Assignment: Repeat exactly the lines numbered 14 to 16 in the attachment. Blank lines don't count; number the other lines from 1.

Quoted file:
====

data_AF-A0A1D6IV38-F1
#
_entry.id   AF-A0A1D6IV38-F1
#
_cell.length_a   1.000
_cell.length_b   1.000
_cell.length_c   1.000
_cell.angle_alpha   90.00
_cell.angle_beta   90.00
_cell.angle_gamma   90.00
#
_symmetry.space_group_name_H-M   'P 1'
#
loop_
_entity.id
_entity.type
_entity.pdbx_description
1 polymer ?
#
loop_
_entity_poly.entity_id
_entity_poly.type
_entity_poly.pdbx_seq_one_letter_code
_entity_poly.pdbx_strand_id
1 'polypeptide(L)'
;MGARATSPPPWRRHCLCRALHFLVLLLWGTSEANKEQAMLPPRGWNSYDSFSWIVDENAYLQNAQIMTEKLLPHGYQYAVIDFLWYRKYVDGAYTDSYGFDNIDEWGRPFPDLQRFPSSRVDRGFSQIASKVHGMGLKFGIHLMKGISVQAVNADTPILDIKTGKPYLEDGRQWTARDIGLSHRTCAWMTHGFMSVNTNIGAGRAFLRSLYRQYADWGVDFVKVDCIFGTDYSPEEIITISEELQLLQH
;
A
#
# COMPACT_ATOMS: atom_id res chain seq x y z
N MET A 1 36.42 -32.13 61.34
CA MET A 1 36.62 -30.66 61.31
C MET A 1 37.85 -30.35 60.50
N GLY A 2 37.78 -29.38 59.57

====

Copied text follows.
loop_
_entity.id
_entity.type